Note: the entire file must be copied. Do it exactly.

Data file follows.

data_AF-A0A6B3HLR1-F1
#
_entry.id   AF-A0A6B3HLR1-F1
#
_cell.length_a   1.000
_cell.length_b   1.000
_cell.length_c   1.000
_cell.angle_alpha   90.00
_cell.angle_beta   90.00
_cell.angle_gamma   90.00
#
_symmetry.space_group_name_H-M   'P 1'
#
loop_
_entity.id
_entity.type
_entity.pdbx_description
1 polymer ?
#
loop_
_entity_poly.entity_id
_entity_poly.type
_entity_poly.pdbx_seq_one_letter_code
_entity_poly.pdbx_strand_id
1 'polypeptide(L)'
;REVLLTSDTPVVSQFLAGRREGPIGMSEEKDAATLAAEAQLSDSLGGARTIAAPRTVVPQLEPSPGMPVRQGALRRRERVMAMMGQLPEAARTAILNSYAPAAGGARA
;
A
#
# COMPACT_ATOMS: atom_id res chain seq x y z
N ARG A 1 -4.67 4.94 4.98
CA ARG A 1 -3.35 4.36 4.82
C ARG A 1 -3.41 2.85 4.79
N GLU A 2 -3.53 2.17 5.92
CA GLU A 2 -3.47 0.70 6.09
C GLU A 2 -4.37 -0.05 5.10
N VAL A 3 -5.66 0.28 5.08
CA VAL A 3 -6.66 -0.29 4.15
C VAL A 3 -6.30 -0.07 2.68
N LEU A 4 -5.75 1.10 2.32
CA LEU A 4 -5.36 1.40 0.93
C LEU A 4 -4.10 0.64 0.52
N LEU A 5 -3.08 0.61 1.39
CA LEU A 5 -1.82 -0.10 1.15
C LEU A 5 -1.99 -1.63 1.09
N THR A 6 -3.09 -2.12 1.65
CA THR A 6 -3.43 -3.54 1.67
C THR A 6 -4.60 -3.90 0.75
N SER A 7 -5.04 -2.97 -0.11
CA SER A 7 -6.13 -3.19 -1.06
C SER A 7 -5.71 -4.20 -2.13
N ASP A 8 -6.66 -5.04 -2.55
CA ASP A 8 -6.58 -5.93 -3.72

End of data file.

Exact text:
data_AF-A0A6B3HLR1-F1
#
_entry.id   AF-A0A6B3HLR1-F1
#
_cell.length_a   1.000
_cell.length_b   1.000
_cell.length_c   1.000
_cell.angle_alpha   90.00
_cell.angle_beta   90.00
_cell.angle_gamma   90.00
#
_symmetry.space_group_name_H-M   'P 1'
#
loop_
_entity.id
_entity.type
_entity.pdbx_description
1 polymer ?
#
loop_
_entity_poly.entity_id
_entity_poly.type
_entity_poly.pdbx_seq_one_letter_code
_entity_poly.pdbx_strand_id
1 'polypeptide(L)'
;REVLLTSDTPVVSQFLAGRREGPIGMSEEKDAATLAAEAQLSDSLGGARTIAAPRTVVPQLEPSPGMPVRQGALRRRERVMAMMGQLPEAARTAILNSYAPAAGGARA
;
A
#
# COMPACT_ATOMS: atom_id res chain seq x y z
N ARG A 1 -4.67 4.94 4.98
CA ARG A 1 -3.35 4.36 4.82
C ARG A 1 -3.41 2.85 4.79
N GLU A 2 -3.53 2.17 5.92
CA GLU A 2 -3.47 0.70 6.09
C GLU A 2 -4.37 -0.05 5.10
N VAL A 3 -5.66 0.28 5.08
CA VAL A 3 -6.66 -0.29 4.15
C VAL A 3 -6.30 -0.07 2.68
N LEU A 4 -5.75 1.10 2.32
CA LEU A 4 -5.36 1.40 0.93
C LEU A 4 -4.10 0.64 0.52
N LEU A 5 -3.08 0.61 1.39
CA LEU A 5 -1.82 -0.10 1.15
C LEU A 5 -1.99 -1.63 1.09
N THR A 6 -3.09 -2.12 1.65
CA THR A 6 -3.43 -3.54 1.67
C THR A 6 -4.60 -3.90 0.75
N SER A 7 -5.04 -2.97 -0.11
CA SER A 7 -6.13 -3.19 -1.06
C SER A 7 -5.71 -4.20 -2.13
N ASP A 8 -6.66 -5.04 -2.55
CA ASP A 8 -6.58 -5.93 -3.72